- Seung Woo Lee, Betar M. Gallant, Youngmin Lee, Noboru Yoshida, Dong Young Kim, Yuki Yamada, Suguru Noda, Atsuo Yamada, and Yang Shao-Horn, Self-standing positive electrodes of oxidized few-walled carbon nanotubes for light-weight and high-power lithium batteries. Energy & Environmental Science5, 5437-5444, 2012.
- Md Nasim Hyder, Seung Woo Lee, Fevzi Ç. Cebeci, Daniel J. Schmidt, Yang Shao-Horn, and Paula T. Hammond, Layer-by-Layer Assembled Polyaniline Nanofiber/Multiwall Carbon Nanotube Thin Film Electrodes for High-Power and -Energy Storage Applications. ACS Nano 5, 8552-8561, 2011.
- Seung Woo Lee, Betar M. Gallant, Hye Ryung Byon, Paula T. Hammond, and Yang Shao-Horn, Nanostructured Carbon-Based Electrodes: Bridging the Gap between Thin-Film Lithium-ion Batteries and Electrochemical Capacitors. Perspective, Energy & Environmental Science 4, 1972-1985, 2011. Selected as high-impact battery research by Development Editor (30 May 2012)
- Seung Woo Lee, Junhyung Kim, Shuo Chen, Paula T. Hammond, and Yang Shao-Horn, Carbon Nanotube/Manganese Oxide Ultrathin Film Electrodes for Electrochemical Capacitors, ACS Nano 4, 3889-3896, 2010.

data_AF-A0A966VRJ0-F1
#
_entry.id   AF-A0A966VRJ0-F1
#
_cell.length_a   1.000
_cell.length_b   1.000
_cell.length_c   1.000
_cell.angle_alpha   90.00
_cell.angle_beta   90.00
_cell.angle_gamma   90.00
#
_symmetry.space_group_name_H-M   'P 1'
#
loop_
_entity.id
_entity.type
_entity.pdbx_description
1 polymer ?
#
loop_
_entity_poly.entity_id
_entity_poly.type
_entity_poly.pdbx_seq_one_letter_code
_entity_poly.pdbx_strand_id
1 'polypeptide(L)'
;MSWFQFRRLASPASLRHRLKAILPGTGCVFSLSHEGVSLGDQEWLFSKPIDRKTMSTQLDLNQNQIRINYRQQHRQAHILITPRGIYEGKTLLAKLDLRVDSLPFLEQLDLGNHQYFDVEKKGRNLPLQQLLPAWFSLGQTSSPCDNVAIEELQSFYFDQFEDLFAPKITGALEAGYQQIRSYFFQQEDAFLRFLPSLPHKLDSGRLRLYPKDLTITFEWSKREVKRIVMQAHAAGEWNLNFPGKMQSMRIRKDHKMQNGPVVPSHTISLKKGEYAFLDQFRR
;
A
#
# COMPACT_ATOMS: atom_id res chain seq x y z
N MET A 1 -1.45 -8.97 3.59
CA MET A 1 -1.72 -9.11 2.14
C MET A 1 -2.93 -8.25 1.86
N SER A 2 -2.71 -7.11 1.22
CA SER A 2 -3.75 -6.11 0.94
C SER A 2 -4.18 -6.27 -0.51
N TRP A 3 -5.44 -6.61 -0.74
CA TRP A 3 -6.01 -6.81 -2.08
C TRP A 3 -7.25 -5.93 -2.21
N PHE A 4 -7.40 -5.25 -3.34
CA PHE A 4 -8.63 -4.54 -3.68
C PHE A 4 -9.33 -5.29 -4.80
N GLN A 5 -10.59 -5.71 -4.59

- Seung Woo Lee, Shuo Chen, Jin Suntivich, Kotaro Sasaki, Radoslav R. Adzic, and Yang Shao-Horn, Role of Surface Steps of Pt Nanoparticles on the Electrochemical Activity for Oxygen Reduction, The Journal of Physical Chemistry Letters 1, 1316-1320, 2010.
- Layer-by-Layer Assemblies of Carbon-based Nanostructures and Their Applications in Energy Storage and Generation Devices, Filed 08/14/2009, U.S. Patent App. 12/541,305, International Patent App. PCT/US2009/004682, with Y. Shao-Horn, N. Yabuuchi and P. T. Hammond.
- Carbon Electrodes, Filed 10/11/2011, U.S. Patent App. 13/270,553, International Patent App. PCT/US2012/059692, with H. Byon, B. M. Gallant, Y. Shao-Horn, P. T. Hammond and N. Hyder.